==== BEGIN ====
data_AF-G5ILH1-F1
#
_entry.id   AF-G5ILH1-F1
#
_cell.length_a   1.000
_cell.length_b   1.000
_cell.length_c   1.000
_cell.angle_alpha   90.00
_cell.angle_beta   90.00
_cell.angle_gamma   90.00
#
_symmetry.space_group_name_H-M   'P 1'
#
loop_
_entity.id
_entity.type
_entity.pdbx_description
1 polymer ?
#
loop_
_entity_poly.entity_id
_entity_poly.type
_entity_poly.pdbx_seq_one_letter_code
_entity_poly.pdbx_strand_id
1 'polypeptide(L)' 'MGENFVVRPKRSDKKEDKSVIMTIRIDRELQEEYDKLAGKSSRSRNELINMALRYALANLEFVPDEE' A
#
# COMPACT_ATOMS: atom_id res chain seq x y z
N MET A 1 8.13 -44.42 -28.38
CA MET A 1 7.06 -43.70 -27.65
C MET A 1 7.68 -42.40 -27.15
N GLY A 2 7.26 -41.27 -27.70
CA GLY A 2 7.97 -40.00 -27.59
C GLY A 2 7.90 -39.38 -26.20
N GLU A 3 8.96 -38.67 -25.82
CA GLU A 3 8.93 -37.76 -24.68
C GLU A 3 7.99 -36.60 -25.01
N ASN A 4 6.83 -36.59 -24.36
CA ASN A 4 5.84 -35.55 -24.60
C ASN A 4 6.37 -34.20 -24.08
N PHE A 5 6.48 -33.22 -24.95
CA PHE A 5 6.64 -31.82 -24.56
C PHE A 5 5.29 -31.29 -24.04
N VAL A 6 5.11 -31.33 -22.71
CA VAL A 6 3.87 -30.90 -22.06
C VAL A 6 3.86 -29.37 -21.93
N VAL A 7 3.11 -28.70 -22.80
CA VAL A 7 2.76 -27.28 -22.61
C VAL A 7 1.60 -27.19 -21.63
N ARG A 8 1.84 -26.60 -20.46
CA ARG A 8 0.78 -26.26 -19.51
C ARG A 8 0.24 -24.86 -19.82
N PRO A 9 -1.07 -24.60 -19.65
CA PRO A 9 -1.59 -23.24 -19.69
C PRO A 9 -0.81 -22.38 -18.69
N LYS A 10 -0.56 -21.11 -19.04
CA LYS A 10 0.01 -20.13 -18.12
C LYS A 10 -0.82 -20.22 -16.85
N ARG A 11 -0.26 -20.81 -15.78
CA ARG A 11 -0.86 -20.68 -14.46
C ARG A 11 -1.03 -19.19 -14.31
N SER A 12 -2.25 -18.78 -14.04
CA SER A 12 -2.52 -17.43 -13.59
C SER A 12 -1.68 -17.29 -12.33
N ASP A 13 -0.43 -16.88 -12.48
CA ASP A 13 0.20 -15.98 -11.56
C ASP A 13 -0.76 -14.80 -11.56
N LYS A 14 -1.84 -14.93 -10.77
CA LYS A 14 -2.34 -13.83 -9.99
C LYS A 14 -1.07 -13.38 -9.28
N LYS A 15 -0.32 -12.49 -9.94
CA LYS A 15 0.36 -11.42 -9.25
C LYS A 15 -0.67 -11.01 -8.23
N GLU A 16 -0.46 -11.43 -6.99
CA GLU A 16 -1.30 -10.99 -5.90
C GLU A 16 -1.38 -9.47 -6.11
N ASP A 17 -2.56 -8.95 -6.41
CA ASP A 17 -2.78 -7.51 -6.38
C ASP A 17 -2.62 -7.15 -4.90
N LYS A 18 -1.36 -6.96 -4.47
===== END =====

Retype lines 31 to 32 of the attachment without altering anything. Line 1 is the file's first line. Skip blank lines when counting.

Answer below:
N GLY A 2 7.26 -41.27 -27.70
CA GLY A 2 7.97 -40.00 -27.59